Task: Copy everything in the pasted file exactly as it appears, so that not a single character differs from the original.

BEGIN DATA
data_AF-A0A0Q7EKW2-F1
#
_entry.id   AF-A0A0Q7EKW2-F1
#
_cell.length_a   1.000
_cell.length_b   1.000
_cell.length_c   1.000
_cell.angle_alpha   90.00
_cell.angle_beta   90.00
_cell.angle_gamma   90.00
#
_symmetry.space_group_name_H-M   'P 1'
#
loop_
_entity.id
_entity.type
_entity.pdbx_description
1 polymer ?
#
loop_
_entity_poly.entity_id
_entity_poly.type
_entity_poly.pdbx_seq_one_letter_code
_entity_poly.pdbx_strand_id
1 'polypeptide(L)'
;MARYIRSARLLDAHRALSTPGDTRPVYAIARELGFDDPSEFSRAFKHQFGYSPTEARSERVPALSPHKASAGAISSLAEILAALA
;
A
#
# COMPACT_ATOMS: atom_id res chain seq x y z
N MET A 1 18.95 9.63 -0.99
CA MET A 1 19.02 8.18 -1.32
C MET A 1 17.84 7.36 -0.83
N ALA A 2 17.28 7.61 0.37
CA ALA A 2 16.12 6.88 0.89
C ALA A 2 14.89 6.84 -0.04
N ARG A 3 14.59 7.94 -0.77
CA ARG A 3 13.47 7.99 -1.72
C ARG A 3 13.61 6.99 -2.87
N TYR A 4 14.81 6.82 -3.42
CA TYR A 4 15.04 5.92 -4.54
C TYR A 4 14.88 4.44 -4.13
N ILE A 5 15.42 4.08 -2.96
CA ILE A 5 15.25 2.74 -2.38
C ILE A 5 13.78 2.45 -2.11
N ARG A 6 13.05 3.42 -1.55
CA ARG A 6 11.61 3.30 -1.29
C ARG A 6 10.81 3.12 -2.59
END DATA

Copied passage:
data_AF-A0A0Q7EKW2-F1
#
_entry.id   AF-A0A0Q7EKW2-F1
#
_cell.length_a   1.000
_cell.length_b   1.000
_cell.length_c   1.000
_cell.angle_alpha   90.00
_cell.angle_beta   90.00
_cell.angle_gamma   90.00
#
_symmetry.space_group_name_H-M   'P 1'
#
loop_
_entity.id
_entity.type
_entity.pdbx_description
1 polymer ?
#
loop_
_entity_poly.entity_id
_entity_poly.type
_entity_poly.pdbx_seq_one_letter_code
_entity_poly.pdbx_strand_id
1 'polypeptide(L)'
;MARYIRSARLLDAHRALSTPGDTRPVYAIARELGFDDPSEFSRAFKHQFGYSPTEARSERVPALSPHKASAGAISSLAEILAALA
;
A
#
# COMPACT_ATOMS: atom_id res chain seq x y z
N MET A 1 18.95 9.63 -0.99
CA MET A 1 19.02 8.18 -1.32
C MET A 1 17.84 7.36 -0.83
N ALA A 2 17.28 7.61 0.37
CA ALA A 2 16.12 6.88 0.89
C ALA A 2 14.89 6.84 -0.04
N ARG A 3 14.59 7.94 -0.77
CA ARG A 3 13.47 7.99 -1.72
C ARG A 3 13.61 6.99 -2.87
N TYR A 4 14.81 6.82 -3.42
CA TYR A 4 15.04 5.92 -4.54
C TYR A 4 14.88 4.44 -4.13
N ILE A 5 15.42 4.08 -2.96
CA ILE A 5 15.25 2.74 -2.38
C ILE A 5 13.78 2.45 -2.11
N ARG A 6 13.05 3.42 -1.55
CA ARG A 6 11.61 3.30 -1.29
C ARG A 6 10.81 3.12 -2.59